Days Gone drops you in an open world zombie apocalypse that can be as beautiful as is it terrifying, at times. You play as Deacon St. John, former member of the Mongrels Motorcycle Club. You must fight to survive a zombie infested pacific north west.
The story Days Gone was telling is one of its redeeming qualities, making me want to keep playing to uncover more of it. However, there were problems from start.
The story is told through a combination of cut scenes, collectables and character interactions during gameplay. As you progress, the story missions quickly get very repetitive, but I had a blast with them during my first 15 hours of playing. The story is told through a combination of cut scenes, collectables and character interactions during gameplay. The cut scenes look nice enough, but while playing I experienced several frame drops during important scenes that really broke my immersion. The performance issues are not limited to the pre-rendered cut scenes. The game jitters and drops frames a lot, often when fighting multiple enemies.
There are several different types of zombies, or Freakers, wandering the land, but there isn’t much noticeable difference when fighting them. Alone or in a small pack, they are not really challenging to fight. However, when you end up with well over a hundred of them surrounding you, your options to fight are nonexistent. They are attracted to scent of blood and any loud noises you make will be sure to draw a crowd.
Freakers are not the only threat. Human enemies such as the Rippers, and other scavenging groups, set up road side ambushes to catch you by surprise. This gives the feeling of constant uneasiness, hoping you don’t trip a wire while riding down the road. It’s also a change of pace from the persistent presence of Freakers.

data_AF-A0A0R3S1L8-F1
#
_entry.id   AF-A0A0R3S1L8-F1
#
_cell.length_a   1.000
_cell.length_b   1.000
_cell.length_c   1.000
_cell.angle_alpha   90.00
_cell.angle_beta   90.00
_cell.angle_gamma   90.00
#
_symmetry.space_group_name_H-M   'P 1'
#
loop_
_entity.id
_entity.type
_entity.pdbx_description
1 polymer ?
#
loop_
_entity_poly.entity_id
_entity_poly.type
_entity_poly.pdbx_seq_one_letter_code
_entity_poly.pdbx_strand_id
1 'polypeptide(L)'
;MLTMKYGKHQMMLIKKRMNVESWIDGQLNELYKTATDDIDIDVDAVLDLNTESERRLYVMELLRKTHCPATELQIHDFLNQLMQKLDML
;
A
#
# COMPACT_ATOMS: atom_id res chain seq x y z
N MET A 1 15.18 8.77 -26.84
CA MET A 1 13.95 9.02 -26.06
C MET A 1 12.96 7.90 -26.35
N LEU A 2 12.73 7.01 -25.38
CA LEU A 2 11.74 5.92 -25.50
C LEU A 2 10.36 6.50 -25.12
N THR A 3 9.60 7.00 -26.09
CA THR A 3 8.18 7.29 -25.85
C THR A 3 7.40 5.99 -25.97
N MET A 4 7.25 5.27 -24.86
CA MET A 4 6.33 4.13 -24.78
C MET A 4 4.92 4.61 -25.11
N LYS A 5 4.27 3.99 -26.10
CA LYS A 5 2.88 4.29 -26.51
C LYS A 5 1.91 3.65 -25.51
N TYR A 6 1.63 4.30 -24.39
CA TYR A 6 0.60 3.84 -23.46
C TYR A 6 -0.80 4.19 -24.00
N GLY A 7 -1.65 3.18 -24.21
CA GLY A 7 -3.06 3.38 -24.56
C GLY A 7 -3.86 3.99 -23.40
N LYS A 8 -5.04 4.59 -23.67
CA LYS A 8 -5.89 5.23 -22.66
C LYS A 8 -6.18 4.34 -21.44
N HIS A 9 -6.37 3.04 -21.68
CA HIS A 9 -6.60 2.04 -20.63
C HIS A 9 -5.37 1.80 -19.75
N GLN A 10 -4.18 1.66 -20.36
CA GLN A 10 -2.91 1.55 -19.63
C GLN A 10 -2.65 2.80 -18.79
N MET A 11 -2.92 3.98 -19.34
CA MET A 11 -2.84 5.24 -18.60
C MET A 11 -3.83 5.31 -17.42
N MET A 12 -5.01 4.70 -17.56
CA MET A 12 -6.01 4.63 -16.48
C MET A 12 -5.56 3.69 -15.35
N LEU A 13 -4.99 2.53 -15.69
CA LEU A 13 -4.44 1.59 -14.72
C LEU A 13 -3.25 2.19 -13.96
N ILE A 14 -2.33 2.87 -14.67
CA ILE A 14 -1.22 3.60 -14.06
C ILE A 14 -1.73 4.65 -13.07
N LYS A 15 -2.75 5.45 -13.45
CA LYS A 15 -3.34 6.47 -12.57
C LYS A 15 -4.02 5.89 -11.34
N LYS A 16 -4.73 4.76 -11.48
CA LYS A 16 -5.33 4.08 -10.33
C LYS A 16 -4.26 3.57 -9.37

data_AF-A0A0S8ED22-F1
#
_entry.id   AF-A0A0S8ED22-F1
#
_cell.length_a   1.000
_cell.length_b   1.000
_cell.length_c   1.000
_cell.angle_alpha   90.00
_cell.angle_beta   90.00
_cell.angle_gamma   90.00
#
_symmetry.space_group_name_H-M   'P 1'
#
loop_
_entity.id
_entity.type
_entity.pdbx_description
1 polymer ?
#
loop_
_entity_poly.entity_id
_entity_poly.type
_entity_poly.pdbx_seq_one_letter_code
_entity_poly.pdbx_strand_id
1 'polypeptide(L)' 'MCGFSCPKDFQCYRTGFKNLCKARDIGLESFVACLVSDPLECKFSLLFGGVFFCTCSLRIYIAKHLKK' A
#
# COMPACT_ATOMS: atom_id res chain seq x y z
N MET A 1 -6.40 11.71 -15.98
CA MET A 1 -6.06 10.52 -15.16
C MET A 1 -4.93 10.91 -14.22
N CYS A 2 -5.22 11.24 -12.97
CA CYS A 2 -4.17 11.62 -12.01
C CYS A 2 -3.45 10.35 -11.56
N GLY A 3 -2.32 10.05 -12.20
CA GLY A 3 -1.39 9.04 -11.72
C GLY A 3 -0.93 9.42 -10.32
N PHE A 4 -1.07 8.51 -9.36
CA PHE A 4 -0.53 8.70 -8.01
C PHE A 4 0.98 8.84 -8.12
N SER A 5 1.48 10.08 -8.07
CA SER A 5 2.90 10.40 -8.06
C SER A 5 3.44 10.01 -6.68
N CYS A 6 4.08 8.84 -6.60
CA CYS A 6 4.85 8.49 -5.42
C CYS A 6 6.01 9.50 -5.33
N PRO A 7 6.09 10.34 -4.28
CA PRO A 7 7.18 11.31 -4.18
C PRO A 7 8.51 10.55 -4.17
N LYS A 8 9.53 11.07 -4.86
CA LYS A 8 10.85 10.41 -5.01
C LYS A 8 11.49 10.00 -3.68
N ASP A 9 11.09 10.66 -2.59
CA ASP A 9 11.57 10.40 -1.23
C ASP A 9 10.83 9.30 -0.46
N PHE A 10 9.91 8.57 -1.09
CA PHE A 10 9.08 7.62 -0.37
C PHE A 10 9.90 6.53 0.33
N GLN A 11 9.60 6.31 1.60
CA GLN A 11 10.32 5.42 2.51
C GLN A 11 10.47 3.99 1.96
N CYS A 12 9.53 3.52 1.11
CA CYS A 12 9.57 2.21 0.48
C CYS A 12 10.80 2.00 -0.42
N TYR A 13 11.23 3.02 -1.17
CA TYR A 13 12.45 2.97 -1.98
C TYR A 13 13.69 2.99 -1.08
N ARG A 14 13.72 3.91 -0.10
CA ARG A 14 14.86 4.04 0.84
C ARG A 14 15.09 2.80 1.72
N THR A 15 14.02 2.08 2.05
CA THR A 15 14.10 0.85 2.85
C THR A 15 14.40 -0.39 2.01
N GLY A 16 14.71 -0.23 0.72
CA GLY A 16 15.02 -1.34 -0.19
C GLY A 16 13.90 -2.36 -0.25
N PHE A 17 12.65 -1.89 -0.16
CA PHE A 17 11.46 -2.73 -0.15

Your motorcycle is one of the major focal points of the game, especially since it’s your only mode of transportation. Progressing through the game will give you access to performance upgrades for your bike, along with cosmetic items. Damage can put your bike out of commission, requiring you to repair it with scavenged salvage. It also needs to be refueled, but gas is plentiful, so getting low is only an inconvenience and not a constant burden.
You will never have to search for something to do, as there are tons of optional quests, infestation nests and ambush camps to keep you busy. Although this sounds good, all these activities get relentlessly tedious. Also, some of these quests and activities really have no reason to be there, and not really doing much for you.
For example, 10–12 hours into the game you’ll get a quest to learn to hunt by tracking. Tracking was explained about 10 minutes in. You don’t eat and can’t cook, so the meat you obtain can only be traded to settlement kitchens for a very small, basically useless, amount of XP.
Every time you level up you get a skill point, which can then be used to unlock a Skill from one of Days Gone’s three skill trees: Ranged, Melee and Survival. The skills are pretty straightforward, with nothing exceptional about them. The trees include skills like being able to repair your melee weapons with salvage and allowing plants to be spotted through your Survival Vision.
Days Gone features both gun and melee based combat, as well as a stealth system. You can get upgrades for all these from skills The melee combat really shines, as it should, especially since guns can attract the attention of wandering Freakers. Melee weapons break very often, but there’s typically several more strewn about if you’re in need. While melee is good for most situations, but you can get caught off guard by Freakers that happen upon you while you’re already duking it out. Although, chopping down enemies with a machete made of a lawn mower blade is a blast. Like most games, stealth and melee go hand in hand. Seatlh is forgiving, so is quite easy to pick off a bunch of zombies without being seen. Personally, I felt the stealth system could have been harder, as the ease of it made it boring.
To me, the gun play is not very satisfying. Aiming, recoil and handling is stiff. If you don’t have a silencer, there is a real threat of getting swarmed when you use a gun. A lot of times, it’s just easier to stealth and melee everything, so guns feel like they have little purpose.
The Bottom Line
Days Gone provides a lot of thrills, chills and action but quality trumps quantity every time. There are great moments in Days Gone, but this is quickly countered by performance issues, repetitive play and the lack of anything truly interesting. Days Gone is not worth picking up for $60. Wait until it goes on sale for a good price if you buy it at all. In the end, it’s just a zombie action game with the basic elements of any RPG…and a motorcycle.